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August 5, 2020

COVID-19 impact: Remittances inflows to be hit by 2pc of GDP, says IMF

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August 5, 2020

ISLAMABAD: The International Monetary Fund (IMF) has estimated that the remittances inflows would be severely hit by around 2 percent of GDP on Pakistan’s net current account impact because of COVID-19 pandemic.

According to the IMF’s latest report titled “Global Imbalances and the COVID-19 Crisis” remittances are highly vulnerable to the COVID-19 crisis because migrant workers are typically more exposed to the risk of unemployment and wage losses during recessions than are native workers.

Migrant workers also work disproportionately in such sectors as food and hospitality, retail and wholesale, and tourism and transportation, which have taken a hit from the crisis.

The decline in remittance inflows in percent of GDP is expected to be concentrated among a number of emerging market and developing economies.

World Bank 2020 forecasts an average 20 percent fall in remittance flows in 2020, based on an empirical model that links remittance inflows to migrants’ incomes proxied by the nominal per capita incomes of the migrants’ economies of destination.

”For economies where remittance inflows represented more than 5 percent of GDP, such as Egypt, Guatemala, Pakistan, the Philippines, and Sri Lanka, the decline would imply significant hardship for many households and small businesses that rely on remittances, just as their domestic economies are hit by the synchronized nature of the COVID-19 crisis” the IMF report stated.

It’s worth mention here that overseas Pakistanis sent home record remittances in the fiscal year 2020, totalling at $23.12 billion and reflecting a surge of 6.4%.

Foreign remittances also shot up almost 7.8% during the four months of the coronavirus pandemic — including March, April, May, and June — and subsequent lockdown specifically, the State Bank of Pakistan last month noted.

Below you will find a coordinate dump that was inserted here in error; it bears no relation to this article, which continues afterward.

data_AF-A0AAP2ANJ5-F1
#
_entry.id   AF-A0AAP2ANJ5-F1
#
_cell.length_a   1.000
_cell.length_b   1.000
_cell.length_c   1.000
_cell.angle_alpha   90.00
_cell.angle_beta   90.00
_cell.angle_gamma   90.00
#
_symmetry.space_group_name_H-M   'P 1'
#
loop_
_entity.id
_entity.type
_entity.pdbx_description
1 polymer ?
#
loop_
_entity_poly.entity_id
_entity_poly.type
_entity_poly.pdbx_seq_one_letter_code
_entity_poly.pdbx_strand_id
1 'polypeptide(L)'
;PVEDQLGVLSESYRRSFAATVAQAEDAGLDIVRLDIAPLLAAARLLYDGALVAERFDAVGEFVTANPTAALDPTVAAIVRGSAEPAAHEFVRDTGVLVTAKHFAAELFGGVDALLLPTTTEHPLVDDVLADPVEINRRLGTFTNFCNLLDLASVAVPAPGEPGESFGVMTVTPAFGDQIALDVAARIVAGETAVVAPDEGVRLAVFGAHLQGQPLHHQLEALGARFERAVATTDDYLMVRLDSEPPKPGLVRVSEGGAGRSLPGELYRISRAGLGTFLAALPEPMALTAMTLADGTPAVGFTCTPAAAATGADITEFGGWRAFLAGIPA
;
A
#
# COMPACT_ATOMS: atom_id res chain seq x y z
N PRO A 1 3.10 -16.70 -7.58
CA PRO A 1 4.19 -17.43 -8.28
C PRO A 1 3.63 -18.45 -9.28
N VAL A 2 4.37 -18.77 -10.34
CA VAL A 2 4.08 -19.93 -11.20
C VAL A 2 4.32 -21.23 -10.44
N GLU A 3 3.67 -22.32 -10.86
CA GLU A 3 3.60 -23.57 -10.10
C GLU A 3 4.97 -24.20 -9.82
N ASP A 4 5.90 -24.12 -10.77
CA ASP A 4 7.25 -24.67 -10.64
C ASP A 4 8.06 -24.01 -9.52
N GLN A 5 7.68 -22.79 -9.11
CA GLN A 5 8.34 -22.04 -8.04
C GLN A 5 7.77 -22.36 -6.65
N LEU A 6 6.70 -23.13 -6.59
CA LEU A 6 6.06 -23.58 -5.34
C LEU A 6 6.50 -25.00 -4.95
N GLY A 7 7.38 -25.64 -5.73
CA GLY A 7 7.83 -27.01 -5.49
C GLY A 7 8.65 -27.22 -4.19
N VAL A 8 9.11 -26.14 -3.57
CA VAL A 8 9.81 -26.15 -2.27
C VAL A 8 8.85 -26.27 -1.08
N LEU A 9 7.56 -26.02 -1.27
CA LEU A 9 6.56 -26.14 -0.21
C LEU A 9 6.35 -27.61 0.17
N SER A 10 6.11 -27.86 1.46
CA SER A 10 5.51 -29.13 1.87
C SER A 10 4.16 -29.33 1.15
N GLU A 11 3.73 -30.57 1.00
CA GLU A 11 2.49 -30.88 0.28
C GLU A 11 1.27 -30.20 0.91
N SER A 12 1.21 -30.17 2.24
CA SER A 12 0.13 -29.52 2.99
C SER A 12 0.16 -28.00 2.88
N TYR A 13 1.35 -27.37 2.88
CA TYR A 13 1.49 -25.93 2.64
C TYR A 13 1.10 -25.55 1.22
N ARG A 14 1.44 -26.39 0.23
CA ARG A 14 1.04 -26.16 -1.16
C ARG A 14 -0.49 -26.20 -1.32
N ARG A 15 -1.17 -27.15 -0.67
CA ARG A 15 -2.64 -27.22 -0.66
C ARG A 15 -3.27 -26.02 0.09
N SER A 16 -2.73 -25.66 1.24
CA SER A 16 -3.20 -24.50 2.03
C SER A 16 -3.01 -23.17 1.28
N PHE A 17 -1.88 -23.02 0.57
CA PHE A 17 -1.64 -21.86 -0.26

While uncertainty is high, depending on the pace of economic recovery and risks of a second wave, effects on current account balances may persist, with remittances expected to rebound only partially (by 5 percent) in 2021.

The world entered the COVID-19 pandemic with persistent, pre-existing external imbalances. The crisis has caused a sharp reduction in trade and significant movements in exchange rates but limited reduction in global current account deficits and surpluses.

The outlook remains highly uncertain as the risks of new waves of contagion, capital flow reversals, and a further decline in global trade still loom large on the horizon.

Our new External Sector Report shows that overall current account deficits and surpluses in 2019 were just below 3 percent of world GDP, slightly less than a year earlier. Our latest forecasts for 2020 imply only a further narrowing by some 0.3 percent of world GDP, a more modest decline than after the global financial crisis 10 years ago.

The immediate policy priorities are to provide critical relief and promote economic recovery. Once the pandemic abates, reducing the world’s external imbalances will require collective reform efforts by both excess surplus and deficit countries. New trade barriers will not be effective in reducing imbalances.

External deficits and surpluses are not necessarily a cause for concern. There are good reasons for countries to run them at certain points in time. But economies that borrow too much and too quickly from abroad, by running external deficits, may become vulnerable to sudden stops in capital flows. Countries also face risks from investing too much of their savings abroad given investment needs at home. The challenge lies in determining when imbalances are excessive or pose a risk. Our approach focuses on each country’s overall current account balance and not its bilateral trade balances with various trading partners, as the latter mainly reflect the international division of labor rather than macroeconomic factors.

We estimate that about 40 percent of global current account deficits and surpluses were excessive in 2019 and, as in recent years, concentrated in advanced economies. Larger-than-warranted current account balances were mostly in the euro area (driven by Germany and the Netherlands) with lower-than-warranted current account balances mainly existing among Canada, the United Kingdom, and the United States. China’s assessed external position remained, as in 2018, broadly in line with fundamentals and desirable policies, due to offsetting policy gaps and structural distortions.